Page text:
Do You Have “Reluctant Recovery Syndrome”?

Do You Have “Reluctant Recovery Syndrome”?
by on August 18, 2016 in

Elaine was beginning to wonder if her drinking had gotten out of hand. Recently friends and family had begun suggesting that she “take it easy” or “slow down” when consuming alcoholic drinks at parties or other get-togethers. But Elaine would repudiate their concerns, telling them that with her stressful job, drinking was her way of relaxing and she needed that relief.

Fred has been arrested three times for driving high on marijuana. But he insists that he does not have a problem with substance use. “I can stop using any time I want,” he says. “I’ve just had a run of bad luck in getting stopped by the cops.”

Elaine and Fred share a common belief regarding their use of their chosen substances. Neither feels the need to seek recovery. Elaine, regardless of a growing suspicion that she might need to change her habits, minimizes that necessity. Fred refuses to see the truth for what it is, blaming bad luck for the consequences of his substance use. Both Elaine and Fred can be said to have “reluctant recovery syndrome.” Their life circumstances have presented them with evidence that they may possibly need to seek recovery, but they are resistant to the idea and reluctant to seriously consider it.

Could You Have Reluctant Recovery Syndrome?

Do the excuses of Elaine and Fred seem normal or acceptable to you? The following signs indicate reluctance, indecisiveness or lack of commitment on one’s part, regarding the possibility of seeking substance abuse treatment.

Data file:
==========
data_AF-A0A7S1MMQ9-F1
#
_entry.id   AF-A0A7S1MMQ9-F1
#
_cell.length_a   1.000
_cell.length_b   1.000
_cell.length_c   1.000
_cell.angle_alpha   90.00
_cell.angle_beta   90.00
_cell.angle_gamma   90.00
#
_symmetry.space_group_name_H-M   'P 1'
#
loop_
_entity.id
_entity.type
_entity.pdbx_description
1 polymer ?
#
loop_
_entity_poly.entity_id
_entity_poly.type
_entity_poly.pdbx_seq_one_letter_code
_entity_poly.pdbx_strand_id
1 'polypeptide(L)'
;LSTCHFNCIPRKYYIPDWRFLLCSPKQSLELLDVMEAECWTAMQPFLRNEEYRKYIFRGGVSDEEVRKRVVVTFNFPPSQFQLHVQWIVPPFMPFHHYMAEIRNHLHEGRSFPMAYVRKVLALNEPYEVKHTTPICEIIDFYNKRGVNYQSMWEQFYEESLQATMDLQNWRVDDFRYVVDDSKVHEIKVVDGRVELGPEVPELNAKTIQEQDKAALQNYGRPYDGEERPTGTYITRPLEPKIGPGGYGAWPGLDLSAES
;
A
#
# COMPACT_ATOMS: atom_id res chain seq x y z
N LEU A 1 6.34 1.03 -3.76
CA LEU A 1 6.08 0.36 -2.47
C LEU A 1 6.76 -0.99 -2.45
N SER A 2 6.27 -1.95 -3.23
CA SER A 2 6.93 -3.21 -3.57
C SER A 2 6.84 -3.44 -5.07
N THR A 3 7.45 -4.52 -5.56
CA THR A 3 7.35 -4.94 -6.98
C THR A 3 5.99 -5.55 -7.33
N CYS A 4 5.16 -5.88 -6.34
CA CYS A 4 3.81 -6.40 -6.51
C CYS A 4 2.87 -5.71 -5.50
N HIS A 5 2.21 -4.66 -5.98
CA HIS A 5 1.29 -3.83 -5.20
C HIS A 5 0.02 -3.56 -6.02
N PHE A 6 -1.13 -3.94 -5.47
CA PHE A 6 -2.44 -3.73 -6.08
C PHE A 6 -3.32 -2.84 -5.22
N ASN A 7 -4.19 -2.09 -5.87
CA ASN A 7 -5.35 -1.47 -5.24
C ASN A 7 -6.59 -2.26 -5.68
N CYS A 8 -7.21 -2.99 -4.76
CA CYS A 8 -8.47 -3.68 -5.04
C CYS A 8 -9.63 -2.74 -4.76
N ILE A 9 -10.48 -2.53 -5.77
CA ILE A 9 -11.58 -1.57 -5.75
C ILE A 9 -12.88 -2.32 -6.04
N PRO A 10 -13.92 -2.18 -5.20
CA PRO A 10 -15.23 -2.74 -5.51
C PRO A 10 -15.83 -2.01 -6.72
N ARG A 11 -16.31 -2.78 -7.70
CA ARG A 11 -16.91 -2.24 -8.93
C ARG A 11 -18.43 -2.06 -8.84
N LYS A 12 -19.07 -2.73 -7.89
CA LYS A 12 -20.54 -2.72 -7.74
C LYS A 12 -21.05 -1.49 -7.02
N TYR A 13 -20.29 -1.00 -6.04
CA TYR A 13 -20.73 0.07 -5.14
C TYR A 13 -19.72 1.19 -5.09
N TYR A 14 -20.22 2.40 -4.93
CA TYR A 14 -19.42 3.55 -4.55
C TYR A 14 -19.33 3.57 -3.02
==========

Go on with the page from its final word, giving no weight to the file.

Do you recognize any of these signs in yourself?

Emotional Signs:

  • Fear:  The fear of losing face and feeling shamed is, according to the late John Bradshaw, a leading addiction authority and author of Healing the Shame That Binds You (Health Communications, 1998), the motivator behind most of our “toxic” behaviors, including compulsion, co-dependency and addiction. Substance abusers often fear that they have made a mistake (substance use) that they may not be able to recover from, and that trying to change their situation is hopeless. They may fear the negative consequences associated with their behavior, or feel defective, like they are failures. They are often concerned that they will be criticized if the full truth about their substance use becomes known.
  • Denial and Minimization:  Refusing to recognize the full impact of one’s substance use requires “adjusting” the truth to suit one’s desired beliefs, as Fred does when he insists that bad luck, not his own choices, lead to his problems. Minimization is the tactic Elaine uses to convince herself that her drinking is less problematic than her friends and family believe it is. Both denial and minimization require a person to be dishonest with themselves, which may help them avoid pain and shame for a while. But the truth always surfaces, with even more dire consequences the longer it is avoided.
  • Beliefs in Myths and Misconceptions Regarding Recovery:  Sometimes people are reluctant to consider entering a recovery program because they have heard negative stories about what to expect. One persistent myth is that recovery programs use shame, guilt and other forms of social chastisement to encourage participants to make lifestyle changes. Others think they have to “hit bottom” before entering treatment. Neither of these myths is true and therefore should not be used as reasons to avoid seeking help. For more on myths and misconceptions about recovery, see the article 4 Persistent Addiction and Recovery Misconceptions De-Bunked.